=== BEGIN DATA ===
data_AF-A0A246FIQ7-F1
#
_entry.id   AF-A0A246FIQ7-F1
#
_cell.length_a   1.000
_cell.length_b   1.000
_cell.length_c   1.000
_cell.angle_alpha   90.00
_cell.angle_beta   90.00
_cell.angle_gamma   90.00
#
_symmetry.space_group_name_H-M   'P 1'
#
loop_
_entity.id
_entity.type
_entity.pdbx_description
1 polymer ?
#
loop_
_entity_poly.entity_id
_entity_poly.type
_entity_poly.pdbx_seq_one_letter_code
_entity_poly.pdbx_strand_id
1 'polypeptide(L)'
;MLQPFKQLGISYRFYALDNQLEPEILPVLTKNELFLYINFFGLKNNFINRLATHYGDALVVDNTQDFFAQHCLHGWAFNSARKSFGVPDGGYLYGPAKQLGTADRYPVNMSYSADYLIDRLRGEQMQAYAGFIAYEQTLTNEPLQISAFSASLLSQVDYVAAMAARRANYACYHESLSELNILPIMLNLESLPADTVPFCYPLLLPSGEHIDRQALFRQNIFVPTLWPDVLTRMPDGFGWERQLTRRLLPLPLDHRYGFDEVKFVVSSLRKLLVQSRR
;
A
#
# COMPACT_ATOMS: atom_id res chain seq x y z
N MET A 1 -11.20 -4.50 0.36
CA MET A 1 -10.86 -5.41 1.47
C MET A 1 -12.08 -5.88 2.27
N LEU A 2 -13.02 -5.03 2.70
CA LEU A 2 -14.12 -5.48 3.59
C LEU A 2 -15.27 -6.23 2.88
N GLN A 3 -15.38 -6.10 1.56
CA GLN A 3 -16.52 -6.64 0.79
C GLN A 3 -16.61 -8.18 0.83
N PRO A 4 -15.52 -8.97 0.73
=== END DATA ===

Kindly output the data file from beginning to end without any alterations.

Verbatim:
data_AF-A0A246FIQ7-F1
#
_entry.id   AF-A0A246FIQ7-F1
#
_cell.length_a   1.000
_cell.length_b   1.000
_cell.length_c   1.000
_cell.angle_alpha   90.00
_cell.angle_beta   90.00
_cell.angle_gamma   90.00
#
_symmetry.space_group_name_H-M   'P 1'
#
loop_
_entity.id
_entity.type
_entity.pdbx_description
1 polymer ?
#
loop_
_entity_poly.entity_id
_entity_poly.type
_entity_poly.pdbx_seq_one_letter_code
_entity_poly.pdbx_strand_id
1 'polypeptide(L)'
;MLQPFKQLGISYRFYALDNQLEPEILPVLTKNELFLYINFFGLKNNFINRLATHYGDALVVDNTQDFFAQHCLHGWAFNSARKSFGVPDGGYLYGPAKQLGTADRYPVNMSYSADYLIDRLRGEQMQAYAGFIAYEQTLTNEPLQISAFSASLLSQVDYVAAMAARRANYACYHESLSELNILPIMLNLESLPADTVPFCYPLLLPSGEHIDRQALFRQNIFVPTLWPDVLTRMPDGFGWERQLTRRLLPLPLDHRYGFDEVKFVVSSLRKLLVQSRR
;
A
#
# COMPACT_ATOMS: atom_id res chain seq x y z
N MET A 1 -11.20 -4.50 0.36
CA MET A 1 -10.86 -5.41 1.47
C MET A 1 -12.08 -5.88 2.27
N LEU A 2 -13.02 -5.03 2.70
CA LEU A 2 -14.12 -5.48 3.59
C LEU A 2 -15.27 -6.23 2.88
N GLN A 3 -15.38 -6.10 1.56
CA GLN A 3 -16.52 -6.64 0.79
C GLN A 3 -16.61 -8.18 0.83
N PRO A 4 -15.52 -8.97 0.73